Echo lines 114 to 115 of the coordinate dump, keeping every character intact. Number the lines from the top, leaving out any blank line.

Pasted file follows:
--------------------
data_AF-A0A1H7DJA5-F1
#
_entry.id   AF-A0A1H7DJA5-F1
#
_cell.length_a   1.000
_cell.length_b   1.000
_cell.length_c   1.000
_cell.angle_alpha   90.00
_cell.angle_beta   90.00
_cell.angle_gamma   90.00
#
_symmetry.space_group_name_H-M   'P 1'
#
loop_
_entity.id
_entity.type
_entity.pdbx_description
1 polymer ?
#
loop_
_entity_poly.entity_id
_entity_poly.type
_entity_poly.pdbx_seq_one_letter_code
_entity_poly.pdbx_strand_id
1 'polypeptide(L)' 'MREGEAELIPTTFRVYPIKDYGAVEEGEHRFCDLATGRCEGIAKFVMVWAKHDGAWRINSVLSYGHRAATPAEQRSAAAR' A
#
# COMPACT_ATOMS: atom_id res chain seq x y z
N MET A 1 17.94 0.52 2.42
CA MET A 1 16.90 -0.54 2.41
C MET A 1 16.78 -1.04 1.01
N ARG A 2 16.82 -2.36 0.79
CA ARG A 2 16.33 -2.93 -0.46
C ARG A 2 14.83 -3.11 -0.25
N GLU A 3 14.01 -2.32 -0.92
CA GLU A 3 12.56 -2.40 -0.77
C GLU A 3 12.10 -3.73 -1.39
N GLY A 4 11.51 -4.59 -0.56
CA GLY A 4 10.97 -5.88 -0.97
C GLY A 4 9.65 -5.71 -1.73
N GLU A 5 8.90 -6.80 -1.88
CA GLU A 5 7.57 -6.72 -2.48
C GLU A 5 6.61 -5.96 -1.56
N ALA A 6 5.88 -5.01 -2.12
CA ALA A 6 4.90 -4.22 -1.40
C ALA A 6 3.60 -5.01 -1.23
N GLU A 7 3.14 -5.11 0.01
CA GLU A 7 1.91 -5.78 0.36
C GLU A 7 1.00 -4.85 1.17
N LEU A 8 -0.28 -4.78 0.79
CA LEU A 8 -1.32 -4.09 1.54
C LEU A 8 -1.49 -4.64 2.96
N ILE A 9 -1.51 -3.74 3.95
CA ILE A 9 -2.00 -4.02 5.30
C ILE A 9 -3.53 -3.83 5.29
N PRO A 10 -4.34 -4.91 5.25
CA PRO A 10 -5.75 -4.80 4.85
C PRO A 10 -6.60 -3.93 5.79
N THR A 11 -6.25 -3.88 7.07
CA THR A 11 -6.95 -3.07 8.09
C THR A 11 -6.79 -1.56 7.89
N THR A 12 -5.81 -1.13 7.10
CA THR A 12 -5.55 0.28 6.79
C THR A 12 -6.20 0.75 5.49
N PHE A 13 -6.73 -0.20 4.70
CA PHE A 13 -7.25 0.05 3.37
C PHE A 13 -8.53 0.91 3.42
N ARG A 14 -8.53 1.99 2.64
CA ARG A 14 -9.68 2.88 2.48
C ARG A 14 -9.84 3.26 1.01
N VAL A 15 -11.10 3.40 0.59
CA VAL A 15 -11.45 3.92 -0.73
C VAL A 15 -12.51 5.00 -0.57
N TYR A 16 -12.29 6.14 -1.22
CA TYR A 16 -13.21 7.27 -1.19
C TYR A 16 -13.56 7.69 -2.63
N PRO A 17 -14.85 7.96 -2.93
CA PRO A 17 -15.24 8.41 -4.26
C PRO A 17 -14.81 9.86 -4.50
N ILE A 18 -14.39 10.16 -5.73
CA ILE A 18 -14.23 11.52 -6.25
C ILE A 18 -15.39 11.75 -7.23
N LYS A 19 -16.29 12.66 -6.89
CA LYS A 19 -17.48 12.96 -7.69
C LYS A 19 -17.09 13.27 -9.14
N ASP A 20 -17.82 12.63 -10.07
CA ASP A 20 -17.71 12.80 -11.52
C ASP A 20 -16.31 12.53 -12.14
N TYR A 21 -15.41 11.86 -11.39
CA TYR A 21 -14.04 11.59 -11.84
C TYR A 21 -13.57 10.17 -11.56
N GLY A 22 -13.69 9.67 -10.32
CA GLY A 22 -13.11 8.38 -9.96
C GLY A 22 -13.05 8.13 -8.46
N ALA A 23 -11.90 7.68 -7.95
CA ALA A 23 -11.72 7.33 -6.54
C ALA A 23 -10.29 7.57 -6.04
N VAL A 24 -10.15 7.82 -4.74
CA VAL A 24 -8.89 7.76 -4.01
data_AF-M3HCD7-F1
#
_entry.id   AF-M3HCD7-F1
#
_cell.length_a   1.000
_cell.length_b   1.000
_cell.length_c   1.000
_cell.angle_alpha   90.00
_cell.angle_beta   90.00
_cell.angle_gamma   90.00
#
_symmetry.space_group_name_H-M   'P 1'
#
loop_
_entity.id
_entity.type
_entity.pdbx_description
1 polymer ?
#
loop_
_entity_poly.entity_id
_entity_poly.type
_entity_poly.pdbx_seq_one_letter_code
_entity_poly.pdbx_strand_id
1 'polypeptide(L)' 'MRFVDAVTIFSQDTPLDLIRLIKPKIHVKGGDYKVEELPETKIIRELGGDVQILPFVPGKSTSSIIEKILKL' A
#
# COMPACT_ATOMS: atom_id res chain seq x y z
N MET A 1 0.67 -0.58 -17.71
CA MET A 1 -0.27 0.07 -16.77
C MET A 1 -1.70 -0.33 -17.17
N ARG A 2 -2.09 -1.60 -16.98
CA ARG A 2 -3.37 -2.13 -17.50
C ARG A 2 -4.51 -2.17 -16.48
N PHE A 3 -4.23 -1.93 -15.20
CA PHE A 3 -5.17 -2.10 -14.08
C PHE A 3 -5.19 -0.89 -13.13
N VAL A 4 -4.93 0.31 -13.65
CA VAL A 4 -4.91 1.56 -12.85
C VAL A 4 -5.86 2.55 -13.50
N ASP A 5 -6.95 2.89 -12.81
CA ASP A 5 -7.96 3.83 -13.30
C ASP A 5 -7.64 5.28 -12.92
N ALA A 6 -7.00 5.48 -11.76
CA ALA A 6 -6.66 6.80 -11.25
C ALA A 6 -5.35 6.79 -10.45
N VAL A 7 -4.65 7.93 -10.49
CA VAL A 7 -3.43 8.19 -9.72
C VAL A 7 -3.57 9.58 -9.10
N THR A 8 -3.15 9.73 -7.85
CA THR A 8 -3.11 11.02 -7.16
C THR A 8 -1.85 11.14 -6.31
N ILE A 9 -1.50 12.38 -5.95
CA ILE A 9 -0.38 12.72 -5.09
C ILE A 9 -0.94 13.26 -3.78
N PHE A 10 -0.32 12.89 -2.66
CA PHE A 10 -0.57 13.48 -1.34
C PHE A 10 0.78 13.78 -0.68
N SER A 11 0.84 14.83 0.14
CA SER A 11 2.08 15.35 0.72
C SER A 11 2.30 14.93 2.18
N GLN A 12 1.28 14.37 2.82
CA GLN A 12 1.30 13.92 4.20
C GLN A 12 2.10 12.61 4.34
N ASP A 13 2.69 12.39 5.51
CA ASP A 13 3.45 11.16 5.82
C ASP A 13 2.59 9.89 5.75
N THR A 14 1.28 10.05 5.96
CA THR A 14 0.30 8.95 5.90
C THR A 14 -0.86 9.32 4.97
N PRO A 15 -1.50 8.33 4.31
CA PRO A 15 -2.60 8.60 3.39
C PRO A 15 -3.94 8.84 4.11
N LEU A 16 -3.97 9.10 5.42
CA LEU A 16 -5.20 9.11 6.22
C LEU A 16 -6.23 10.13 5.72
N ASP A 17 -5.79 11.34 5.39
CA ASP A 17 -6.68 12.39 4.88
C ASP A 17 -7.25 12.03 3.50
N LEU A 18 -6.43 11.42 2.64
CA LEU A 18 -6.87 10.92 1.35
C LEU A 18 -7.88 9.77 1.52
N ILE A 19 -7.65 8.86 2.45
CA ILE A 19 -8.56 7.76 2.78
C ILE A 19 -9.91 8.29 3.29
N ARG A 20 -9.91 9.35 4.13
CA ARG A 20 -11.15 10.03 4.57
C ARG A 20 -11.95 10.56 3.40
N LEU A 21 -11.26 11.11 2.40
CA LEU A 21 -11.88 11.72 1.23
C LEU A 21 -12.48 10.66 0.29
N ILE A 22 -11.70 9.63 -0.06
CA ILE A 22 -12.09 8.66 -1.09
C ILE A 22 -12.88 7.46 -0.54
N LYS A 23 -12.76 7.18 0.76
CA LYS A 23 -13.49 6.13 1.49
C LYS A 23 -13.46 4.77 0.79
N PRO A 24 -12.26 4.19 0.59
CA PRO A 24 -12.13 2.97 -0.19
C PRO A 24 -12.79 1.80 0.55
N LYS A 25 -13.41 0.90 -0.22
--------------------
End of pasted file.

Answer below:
_entity.type
_entity.pdbx_description